Barbie in “real” size. My thoughts.

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Have you seen this picture floating around Facebook recently? It seems every second person on my friend list is posting it lately, and I must say it’s brought a few thoughts to my mind. Some serious, some not, and some I wouldn’t have had before I was the mother of a daughter.

So here goes:

1) Hells yeah, Barbie finally has some booty! I mean, I could be wrong on this, but most men like a bit of junk in the trunk. At least most men I’ve spoken to anyway. Most women, have a bit of junk in their trunk. Some women have no butt, true, but most do. There’s nothing wrong with a little booty. Heck, isn’t that why “Bootylicious” was officially added to the dictionary?

2) From the side, looks great! From the front… something is off? Oh wait. I don’t know about you women, but I DO have a neck. I get that Barbie’s is too long (and thin). I see that you’ve made the neck a more realistic girth. But I am pretty sure I have more space between my shoulders and ears than that.

3) Sweet, you’ve given her some thighs! Would be great if they touched though. Just saying. I mean I know we all think thighs shouldn’t touch, but let’s be realistic. They do. They rub together. I think that’s part of a womanly figure myself.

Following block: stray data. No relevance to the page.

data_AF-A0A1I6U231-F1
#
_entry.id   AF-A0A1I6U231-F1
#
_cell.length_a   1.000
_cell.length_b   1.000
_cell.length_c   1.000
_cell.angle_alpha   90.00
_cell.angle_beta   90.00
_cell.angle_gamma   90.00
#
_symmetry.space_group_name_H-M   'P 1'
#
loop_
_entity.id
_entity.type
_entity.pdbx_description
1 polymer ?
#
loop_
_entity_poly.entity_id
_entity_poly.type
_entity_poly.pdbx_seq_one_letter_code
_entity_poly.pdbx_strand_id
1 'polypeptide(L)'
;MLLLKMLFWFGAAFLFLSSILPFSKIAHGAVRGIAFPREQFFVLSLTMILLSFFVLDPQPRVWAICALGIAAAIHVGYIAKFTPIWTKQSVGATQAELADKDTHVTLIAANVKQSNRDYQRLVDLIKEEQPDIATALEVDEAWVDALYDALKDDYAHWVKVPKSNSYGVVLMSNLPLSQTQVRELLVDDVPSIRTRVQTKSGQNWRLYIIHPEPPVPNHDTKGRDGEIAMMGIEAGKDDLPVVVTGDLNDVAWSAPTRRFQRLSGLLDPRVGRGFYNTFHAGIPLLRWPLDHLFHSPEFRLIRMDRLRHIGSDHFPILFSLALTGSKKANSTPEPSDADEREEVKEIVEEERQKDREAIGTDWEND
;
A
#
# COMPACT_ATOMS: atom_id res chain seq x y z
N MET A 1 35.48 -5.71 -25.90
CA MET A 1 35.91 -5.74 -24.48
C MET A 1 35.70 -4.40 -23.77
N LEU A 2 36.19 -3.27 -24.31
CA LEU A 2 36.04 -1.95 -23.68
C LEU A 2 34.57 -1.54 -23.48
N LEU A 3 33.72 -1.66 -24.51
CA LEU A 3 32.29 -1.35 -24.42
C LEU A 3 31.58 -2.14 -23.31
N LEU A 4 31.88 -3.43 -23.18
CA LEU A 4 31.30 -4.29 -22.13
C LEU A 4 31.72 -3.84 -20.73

4) I played with Barbie growing up, and I don’t remember ever thinking to myself “OMG I have to have THIS body when I grow up!”. Not once actually. I do remember saying “Mom, can my next Barbie have brown hair like me?”, and thinking “I wonder if Mom will find out if I just cut off a little bit of her hair”. You know you did it too. Half the fun of Barbie’s long hair was chopping it all off!

5) Do I think some people can be affected by the original Barbie’s body image? Sure. But I think those people likely had other poor influences as well though, and likely not parents who were active in teaching them about healthy body images, what’s realistic, etc. Just my opinion. I may get flack for it, but Barbie isn’t the only reason people have poor self-esteem and body image issues.

6) I’d rather my kid play with a Barbie than one of those Bratz dolls. Have you seen them?